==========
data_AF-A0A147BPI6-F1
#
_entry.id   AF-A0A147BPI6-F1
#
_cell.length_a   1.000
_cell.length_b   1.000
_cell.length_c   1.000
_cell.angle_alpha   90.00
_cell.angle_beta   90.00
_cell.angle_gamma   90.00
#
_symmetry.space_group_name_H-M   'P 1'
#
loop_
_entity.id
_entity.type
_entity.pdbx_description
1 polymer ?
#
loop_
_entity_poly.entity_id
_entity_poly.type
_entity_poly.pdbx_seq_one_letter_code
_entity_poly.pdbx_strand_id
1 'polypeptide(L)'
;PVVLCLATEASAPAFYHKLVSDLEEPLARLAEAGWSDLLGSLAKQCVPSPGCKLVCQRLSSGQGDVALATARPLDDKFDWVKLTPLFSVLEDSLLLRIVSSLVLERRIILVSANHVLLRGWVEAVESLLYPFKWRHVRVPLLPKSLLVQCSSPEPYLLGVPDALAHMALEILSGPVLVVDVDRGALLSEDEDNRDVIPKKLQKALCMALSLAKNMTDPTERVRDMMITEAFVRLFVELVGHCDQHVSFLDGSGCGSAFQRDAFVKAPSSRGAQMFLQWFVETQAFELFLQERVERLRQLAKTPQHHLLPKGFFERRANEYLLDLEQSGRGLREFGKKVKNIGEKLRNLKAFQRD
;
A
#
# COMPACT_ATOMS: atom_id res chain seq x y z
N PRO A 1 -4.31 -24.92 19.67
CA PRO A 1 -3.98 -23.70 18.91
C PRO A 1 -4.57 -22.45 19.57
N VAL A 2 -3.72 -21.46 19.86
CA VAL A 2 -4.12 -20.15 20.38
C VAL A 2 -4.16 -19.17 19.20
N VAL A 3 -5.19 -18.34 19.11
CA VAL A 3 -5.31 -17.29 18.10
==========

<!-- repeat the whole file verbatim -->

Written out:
data_AF-A0A147BPI6-F1
#
_entry.id   AF-A0A147BPI6-F1
#
_cell.length_a   1.000
_cell.length_b   1.000
_cell.length_c   1.000
_cell.angle_alpha   90.00
_cell.angle_beta   90.00
_cell.angle_gamma   90.00
#
_symmetry.space_group_name_H-M   'P 1'
#
loop_
_entity.id
_entity.type
_entity.pdbx_description
1 polymer ?
#
loop_
_entity_poly.entity_id
_entity_poly.type
_entity_poly.pdbx_seq_one_letter_code
_entity_poly.pdbx_strand_id
1 'polypeptide(L)'
;PVVLCLATEASAPAFYHKLVSDLEEPLARLAEAGWSDLLGSLAKQCVPSPGCKLVCQRLSSGQGDVALATARPLDDKFDWVKLTPLFSVLEDSLLLRIVSSLVLERRIILVSANHVLLRGWVEAVESLLYPFKWRHVRVPLLPKSLLVQCSSPEPYLLGVPDALAHMALEILSGPVLVVDVDRGALLSEDEDNRDVIPKKLQKALCMALSLAKNMTDPTERVRDMMITEAFVRLFVELVGHCDQHVSFLDGSGCGSAFQRDAFVKAPSSRGAQMFLQWFVETQAFELFLQERVERLRQLAKTPQHHLLPKGFFERRANEYLLDLEQSGRGLREFGKKVKNIGEKLRNLKAFQRD
;
A
#
# COMPACT_ATOMS: atom_id res chain seq x y z
N PRO A 1 -4.31 -24.92 19.67
CA PRO A 1 -3.98 -23.70 18.91
C PRO A 1 -4.57 -22.45 19.57
N VAL A 2 -3.72 -21.46 19.86
CA VAL A 2 -4.12 -20.15 20.38
C VAL A 2 -4.16 -19.17 19.20
N VAL A 3 -5.19 -18.34 19.11
CA VAL A 3 -5.31 -17.29 18.10